In this article, I would like to discuss several tips, tricks, and techniques that just about anyone can use to determine whether or not you should take your case to small claims court.
We watch all TV, so we know what a horrible mess the United States legal system can be. The last thing most people want to do is wind up in a court with lengthy and expensive legal fees, and years of their lives stuck dealing with unpleasant court proceedings.
Luckily there is another court many people have never even heard of, that can hear your case very quickly, easily, and cheaply often without even requiring you to hire a lawyer. I’m talking about small claims court.
Small claims court is for things that are,
well, small. If you hired a plumber to fix your bathroom and they did a shoddy job, you could go to small claims court. If that mechanic charged you too much and didn’t actually fix the problem, you can go to small claims court. Usually small claims court costs anywhere from $10-$50 to file a case. Most of these courts set a dollar amount as to how much you can ‘claim’ in your lawsuit and this often sits around $1,500-$3,000 depending on your state. Many states are trying to raise that limit.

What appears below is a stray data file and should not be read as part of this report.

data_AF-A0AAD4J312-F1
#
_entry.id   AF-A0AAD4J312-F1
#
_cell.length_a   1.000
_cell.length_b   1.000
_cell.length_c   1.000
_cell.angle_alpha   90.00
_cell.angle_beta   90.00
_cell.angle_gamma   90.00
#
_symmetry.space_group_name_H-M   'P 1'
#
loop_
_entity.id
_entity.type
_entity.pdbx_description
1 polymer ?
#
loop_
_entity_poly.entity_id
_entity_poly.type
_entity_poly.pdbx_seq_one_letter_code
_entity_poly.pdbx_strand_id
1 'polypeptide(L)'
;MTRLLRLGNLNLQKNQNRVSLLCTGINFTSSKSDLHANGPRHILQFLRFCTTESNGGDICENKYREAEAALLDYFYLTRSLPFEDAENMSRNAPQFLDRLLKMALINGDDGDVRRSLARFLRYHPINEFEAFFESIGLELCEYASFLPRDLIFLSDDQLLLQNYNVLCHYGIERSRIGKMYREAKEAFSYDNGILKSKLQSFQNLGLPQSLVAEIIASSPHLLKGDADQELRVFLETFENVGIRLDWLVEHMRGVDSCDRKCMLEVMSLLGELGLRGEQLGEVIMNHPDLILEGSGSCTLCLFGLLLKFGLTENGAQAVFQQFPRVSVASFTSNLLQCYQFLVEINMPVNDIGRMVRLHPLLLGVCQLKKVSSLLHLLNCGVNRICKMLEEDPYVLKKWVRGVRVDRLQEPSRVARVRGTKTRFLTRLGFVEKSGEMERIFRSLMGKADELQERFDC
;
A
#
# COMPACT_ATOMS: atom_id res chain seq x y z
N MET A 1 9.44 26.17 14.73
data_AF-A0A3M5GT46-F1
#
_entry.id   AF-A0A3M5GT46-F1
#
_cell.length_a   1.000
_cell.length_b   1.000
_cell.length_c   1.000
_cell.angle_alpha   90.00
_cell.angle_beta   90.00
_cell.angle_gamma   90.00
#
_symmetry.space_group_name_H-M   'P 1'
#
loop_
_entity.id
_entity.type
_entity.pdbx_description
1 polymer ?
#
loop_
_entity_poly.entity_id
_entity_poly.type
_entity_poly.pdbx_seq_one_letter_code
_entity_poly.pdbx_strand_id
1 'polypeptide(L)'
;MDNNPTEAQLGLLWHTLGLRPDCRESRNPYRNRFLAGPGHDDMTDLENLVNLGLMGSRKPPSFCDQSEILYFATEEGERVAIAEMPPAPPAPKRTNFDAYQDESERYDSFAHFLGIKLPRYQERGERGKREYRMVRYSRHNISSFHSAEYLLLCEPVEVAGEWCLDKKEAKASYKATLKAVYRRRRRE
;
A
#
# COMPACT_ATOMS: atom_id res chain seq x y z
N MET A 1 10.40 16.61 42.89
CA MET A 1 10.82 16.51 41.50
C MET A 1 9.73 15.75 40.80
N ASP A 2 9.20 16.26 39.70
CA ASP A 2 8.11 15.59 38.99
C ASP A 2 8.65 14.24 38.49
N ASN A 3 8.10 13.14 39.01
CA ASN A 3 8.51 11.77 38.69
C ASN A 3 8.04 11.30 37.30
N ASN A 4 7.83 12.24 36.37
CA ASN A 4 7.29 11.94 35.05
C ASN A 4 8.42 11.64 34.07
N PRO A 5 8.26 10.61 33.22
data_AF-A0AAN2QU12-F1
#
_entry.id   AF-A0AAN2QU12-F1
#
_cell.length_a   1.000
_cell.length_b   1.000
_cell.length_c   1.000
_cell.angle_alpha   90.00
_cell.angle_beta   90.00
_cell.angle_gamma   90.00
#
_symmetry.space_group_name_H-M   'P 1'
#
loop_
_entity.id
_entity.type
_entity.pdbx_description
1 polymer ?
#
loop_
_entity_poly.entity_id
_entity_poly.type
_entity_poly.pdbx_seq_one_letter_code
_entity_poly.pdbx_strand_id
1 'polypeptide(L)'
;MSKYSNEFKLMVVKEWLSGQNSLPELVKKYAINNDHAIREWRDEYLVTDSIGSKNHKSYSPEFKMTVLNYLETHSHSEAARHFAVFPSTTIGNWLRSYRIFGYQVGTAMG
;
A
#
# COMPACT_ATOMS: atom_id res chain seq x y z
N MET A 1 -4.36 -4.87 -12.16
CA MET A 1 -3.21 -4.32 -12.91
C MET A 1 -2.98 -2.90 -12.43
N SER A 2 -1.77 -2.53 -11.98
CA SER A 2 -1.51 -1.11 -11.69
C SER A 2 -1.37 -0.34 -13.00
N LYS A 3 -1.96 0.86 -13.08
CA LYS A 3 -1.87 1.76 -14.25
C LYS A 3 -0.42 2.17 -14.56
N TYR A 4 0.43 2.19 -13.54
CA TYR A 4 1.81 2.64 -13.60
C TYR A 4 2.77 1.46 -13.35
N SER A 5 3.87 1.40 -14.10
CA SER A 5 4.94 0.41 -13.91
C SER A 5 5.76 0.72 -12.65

Most of the time you have to act fairly soon after the grievance has taken place. You also have to know exactly who you are suing, so that you name the correct person. For instance, you wouldn’t sue the mechanic, you would sue the company the mechanic works for.
Here are some tips for making your way through small claims court:
Be sure to keep your claim withing the court’s dollar limits. A quick search for small claims court and your specific state will show you what those limits are. Be sure to state your claim correctly when filing out the form and attach any evidence you may need. Most of the time you can do this without an attorney but if the form is too confusing for you, you may just have to bite the bullet and swing past your local attorney’s office for a quick consultation which should be relatively inexpensive.
It’s also a good idea to practice what you’re going to say in front of the judge beforehand so that you can be as clear and concise as possible. Often times, small claims court judges are rushed and don’t spend a lot of time preparing for cases. They will look at you, will spend a couple minutes listening to what you have to say, and then they will often rule and put you out of their mind so be concise and honest.
-Article by Financial Judgment Recovery.
This article is my opinion, and not legal advice. I am a judgment recovery expert, and am not a lawyer, If you ever need any legal advice or a strategy to use, please contact a lawyer.